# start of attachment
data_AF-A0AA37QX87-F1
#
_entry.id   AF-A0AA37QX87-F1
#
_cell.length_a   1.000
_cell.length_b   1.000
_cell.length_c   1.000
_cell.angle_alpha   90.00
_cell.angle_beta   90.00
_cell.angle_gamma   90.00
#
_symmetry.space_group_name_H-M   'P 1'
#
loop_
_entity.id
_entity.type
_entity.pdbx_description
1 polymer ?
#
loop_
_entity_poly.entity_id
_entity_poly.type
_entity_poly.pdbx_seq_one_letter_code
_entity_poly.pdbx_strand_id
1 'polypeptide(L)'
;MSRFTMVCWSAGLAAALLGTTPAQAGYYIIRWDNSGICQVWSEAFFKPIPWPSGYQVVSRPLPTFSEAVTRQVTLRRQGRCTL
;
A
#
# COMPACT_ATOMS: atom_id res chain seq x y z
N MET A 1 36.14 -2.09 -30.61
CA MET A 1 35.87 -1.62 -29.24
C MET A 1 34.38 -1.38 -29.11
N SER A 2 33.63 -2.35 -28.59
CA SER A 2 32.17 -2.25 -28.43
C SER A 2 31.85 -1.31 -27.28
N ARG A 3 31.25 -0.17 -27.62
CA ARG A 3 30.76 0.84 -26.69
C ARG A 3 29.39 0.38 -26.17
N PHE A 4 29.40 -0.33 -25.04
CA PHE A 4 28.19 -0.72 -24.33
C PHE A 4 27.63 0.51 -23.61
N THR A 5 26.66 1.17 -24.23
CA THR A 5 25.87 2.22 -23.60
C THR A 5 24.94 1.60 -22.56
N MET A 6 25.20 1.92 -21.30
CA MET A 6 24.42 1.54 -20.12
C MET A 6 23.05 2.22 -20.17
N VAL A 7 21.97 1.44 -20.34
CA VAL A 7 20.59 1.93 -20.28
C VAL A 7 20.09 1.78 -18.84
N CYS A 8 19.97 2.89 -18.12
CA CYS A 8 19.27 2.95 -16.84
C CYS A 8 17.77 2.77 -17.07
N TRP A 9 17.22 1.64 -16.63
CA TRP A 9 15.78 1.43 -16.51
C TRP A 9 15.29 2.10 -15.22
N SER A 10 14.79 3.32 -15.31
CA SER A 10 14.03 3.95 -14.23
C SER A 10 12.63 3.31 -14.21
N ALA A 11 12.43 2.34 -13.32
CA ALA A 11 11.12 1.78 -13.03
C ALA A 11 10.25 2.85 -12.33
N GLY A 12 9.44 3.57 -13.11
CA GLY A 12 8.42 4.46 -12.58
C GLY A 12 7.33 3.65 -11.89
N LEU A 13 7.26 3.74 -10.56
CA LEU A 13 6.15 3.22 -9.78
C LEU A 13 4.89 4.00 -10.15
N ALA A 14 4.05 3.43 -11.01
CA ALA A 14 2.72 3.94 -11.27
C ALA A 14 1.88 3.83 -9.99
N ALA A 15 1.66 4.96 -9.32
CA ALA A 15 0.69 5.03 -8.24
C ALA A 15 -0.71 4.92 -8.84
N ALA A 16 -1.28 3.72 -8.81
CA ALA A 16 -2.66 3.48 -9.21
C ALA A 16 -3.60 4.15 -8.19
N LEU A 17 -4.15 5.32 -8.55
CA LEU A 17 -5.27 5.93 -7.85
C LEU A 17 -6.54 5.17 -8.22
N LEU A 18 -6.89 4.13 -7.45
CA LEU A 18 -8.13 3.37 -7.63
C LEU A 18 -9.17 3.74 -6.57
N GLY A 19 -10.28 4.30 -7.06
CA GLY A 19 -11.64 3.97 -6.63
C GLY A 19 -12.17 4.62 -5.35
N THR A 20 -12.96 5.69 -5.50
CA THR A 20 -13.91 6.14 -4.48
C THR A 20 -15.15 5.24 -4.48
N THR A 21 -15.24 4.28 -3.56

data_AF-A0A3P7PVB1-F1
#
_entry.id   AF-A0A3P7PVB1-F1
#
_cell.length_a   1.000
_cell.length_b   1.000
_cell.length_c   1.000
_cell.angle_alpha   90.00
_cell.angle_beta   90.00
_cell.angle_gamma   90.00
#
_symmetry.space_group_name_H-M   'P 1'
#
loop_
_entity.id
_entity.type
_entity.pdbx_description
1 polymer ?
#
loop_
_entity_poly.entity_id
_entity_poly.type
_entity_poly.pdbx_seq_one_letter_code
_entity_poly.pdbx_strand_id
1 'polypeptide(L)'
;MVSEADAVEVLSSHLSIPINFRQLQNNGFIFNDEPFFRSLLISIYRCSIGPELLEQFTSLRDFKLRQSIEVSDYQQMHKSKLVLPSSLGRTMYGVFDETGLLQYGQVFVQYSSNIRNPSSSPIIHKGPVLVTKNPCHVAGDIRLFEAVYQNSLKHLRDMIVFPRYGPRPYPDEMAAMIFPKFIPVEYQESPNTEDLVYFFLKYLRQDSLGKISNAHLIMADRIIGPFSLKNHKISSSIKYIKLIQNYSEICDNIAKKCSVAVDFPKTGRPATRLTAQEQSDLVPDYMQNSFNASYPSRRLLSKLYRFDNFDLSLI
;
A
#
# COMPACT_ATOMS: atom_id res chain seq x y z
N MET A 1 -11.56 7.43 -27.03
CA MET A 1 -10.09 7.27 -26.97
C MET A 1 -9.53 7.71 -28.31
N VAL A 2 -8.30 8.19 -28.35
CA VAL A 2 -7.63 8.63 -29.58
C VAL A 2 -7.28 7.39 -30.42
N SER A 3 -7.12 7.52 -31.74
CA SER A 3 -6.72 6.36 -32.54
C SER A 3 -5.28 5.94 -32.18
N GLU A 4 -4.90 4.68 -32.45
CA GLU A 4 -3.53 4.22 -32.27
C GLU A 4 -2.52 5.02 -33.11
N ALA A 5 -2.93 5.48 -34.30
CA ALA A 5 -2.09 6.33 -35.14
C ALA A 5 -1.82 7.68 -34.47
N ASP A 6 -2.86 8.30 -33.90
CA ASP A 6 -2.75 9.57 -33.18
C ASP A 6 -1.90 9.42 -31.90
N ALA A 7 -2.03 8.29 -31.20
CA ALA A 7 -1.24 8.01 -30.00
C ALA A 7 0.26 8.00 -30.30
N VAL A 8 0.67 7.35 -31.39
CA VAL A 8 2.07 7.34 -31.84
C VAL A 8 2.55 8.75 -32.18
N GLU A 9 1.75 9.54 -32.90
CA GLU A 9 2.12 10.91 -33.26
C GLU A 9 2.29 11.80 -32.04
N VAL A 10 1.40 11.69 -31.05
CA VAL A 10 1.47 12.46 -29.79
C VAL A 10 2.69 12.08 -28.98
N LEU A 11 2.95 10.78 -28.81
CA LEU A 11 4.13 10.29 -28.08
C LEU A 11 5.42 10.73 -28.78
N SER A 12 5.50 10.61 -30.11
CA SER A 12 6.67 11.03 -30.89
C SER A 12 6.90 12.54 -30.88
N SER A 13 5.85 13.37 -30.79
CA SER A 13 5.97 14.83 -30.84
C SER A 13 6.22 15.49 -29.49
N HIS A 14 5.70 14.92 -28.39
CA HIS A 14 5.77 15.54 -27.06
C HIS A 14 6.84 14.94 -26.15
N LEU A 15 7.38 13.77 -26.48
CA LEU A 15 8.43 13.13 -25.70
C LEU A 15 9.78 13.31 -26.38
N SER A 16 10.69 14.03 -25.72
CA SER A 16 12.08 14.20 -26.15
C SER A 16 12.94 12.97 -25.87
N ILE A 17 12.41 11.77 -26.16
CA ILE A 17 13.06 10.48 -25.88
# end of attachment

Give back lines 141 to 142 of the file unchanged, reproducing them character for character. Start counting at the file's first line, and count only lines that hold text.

CA ALA A 7 -1.24 8.01 -30.00
C ALA A 7 0.26 8.00 -30.30